I understand Senator Charles Schumer is already considering a bill that would require shareowner approval of certain political contributions. I trust the Center for Political Accountability will expand their current focus from disclosure to shareowners to permission from shareowners if they can. Our friends at Calvert, Walden Asset Management, Domini, Trillium Asset Management and elsewhere are likely to take up the charge and I will be there lending whatever support I can.
For me, the most important immediate task will remain trying to level the playing field. Investors need to move from holding poker-chip like entitlements to being actual owners. Once investors begin to think like owners, instead of gamblers, they will demand accountability from their corporations. Since most shareowners invest in a market basket of companies, rather than single companies, we should all be able to agree that it is in our best interest if none of our companies makes political contributions.
One big start in getting investors to think like owners would be to repeal section 17A, subdivision e, of the Securities Exchange Act of 1934, which requires the Securities and Commission to immobilize securities certificates. As we point out in our draft petition to the SEC, a direct registration system will facilitate shareowner-shareowner communications, reducing the cost of proxy contests and making corporate elections more democratic.
Appropriate steps should be taken to ensure communications are presented in a manner that is intelligible to and convenient for average investors. For example, shareowners have long sought integrated proxy solicitations that combine materials from all parties in a contested election. DRS would facilitate this.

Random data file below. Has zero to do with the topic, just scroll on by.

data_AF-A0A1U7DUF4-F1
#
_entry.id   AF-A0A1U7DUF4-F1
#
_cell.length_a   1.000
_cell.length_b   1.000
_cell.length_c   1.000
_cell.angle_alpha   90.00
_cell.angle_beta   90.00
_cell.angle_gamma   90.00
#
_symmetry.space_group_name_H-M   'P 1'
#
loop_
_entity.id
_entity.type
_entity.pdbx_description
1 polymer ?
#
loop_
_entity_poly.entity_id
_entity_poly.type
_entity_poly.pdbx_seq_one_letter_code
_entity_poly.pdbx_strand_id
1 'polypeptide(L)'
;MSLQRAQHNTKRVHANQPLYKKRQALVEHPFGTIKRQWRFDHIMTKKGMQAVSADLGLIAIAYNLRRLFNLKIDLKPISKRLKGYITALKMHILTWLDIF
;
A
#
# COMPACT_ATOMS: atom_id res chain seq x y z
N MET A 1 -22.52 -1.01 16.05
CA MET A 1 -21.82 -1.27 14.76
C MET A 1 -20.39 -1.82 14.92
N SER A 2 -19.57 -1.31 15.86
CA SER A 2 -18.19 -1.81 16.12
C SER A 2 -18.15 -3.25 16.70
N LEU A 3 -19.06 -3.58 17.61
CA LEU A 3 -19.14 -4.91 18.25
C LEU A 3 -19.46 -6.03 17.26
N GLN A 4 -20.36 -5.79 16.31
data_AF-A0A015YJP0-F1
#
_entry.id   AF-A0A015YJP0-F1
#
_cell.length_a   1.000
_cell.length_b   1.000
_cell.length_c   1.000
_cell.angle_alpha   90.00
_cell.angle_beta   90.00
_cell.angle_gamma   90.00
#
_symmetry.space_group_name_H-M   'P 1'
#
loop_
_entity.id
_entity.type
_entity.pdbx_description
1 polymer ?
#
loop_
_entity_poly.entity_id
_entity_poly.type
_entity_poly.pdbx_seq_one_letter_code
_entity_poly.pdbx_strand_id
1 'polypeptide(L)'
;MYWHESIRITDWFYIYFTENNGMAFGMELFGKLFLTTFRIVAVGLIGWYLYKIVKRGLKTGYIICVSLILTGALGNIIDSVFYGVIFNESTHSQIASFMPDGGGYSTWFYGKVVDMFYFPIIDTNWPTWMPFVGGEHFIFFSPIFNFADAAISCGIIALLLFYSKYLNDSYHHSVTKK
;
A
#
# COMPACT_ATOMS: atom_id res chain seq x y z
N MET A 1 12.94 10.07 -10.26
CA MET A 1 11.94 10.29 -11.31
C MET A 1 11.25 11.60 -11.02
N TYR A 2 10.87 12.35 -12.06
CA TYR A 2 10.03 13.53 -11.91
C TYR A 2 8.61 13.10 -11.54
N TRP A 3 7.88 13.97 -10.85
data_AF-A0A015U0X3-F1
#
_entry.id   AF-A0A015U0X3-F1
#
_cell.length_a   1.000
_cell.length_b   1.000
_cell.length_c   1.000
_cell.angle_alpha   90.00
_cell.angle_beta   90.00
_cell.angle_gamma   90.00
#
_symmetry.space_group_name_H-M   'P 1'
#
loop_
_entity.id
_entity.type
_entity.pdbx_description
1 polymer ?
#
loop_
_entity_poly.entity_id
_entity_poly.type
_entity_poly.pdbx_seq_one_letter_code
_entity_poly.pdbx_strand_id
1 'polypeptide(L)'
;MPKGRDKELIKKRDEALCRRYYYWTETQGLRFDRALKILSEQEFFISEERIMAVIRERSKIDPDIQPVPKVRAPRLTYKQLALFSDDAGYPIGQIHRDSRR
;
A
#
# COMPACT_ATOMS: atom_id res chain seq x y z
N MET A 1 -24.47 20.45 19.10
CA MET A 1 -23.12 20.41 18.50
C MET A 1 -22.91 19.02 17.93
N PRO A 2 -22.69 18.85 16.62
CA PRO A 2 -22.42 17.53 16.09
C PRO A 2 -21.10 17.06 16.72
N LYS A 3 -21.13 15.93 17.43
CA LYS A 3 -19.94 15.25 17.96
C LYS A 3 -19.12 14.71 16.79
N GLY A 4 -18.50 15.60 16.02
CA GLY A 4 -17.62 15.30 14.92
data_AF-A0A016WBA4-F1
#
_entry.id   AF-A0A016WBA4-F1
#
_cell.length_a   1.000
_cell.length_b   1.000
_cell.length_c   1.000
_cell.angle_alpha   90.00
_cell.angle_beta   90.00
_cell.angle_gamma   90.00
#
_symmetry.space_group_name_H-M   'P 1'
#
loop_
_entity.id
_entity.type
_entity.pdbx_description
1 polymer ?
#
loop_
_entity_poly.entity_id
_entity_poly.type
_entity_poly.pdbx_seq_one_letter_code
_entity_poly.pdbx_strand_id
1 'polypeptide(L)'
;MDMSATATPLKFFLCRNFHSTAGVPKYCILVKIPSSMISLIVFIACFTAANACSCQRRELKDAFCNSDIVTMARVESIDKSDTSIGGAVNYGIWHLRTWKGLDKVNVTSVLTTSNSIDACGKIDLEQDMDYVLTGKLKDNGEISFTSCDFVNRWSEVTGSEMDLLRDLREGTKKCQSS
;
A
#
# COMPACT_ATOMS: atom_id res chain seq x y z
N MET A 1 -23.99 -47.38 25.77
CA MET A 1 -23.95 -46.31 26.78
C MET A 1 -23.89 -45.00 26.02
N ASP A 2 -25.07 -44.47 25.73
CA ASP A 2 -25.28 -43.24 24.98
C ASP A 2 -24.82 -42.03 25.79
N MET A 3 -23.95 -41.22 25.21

An increased volume of communications would go hand-in-hand with an increase in the number of contested elections or issues. As average investors realize they were being offered opportunities to make real decisions, retail shareowner participation in corporate elections will likely rise. To further enhance this trend, technology and policies can allow shareowners to customize their participation, opting out of some types of communication, and controlling the form of media and style of presentation of others, much as users customize some news websites to deliver only the types of news that interest them… an RSS feed for shareowners.
So, my answer for now is, “let’s get control of corporations.” Institutional investors are already required to vote in order to meet their fiduciary duty. Many are conflicted. Our best hope may be to get individual investors to think like owners. First step is to make them actual owners, instead of holding security entitlements. Take a look at that draft petition, my table on how street name registration results in rights denied, and give us some feedback. You can either do that through the comment function (yes, you have to register with the site first… I don’t want to clean out a lot of spam) or you can e-mail me.
Start using ProxyDemocracy.org for proxy research, MoxyVote.com for voting, join Shareowners.org and the Investor Suffrage Movement. Years down the road, let’s hope Citizens United is overturned. Even then, getting control over corporations, which have so much influence over us, will be vitally important.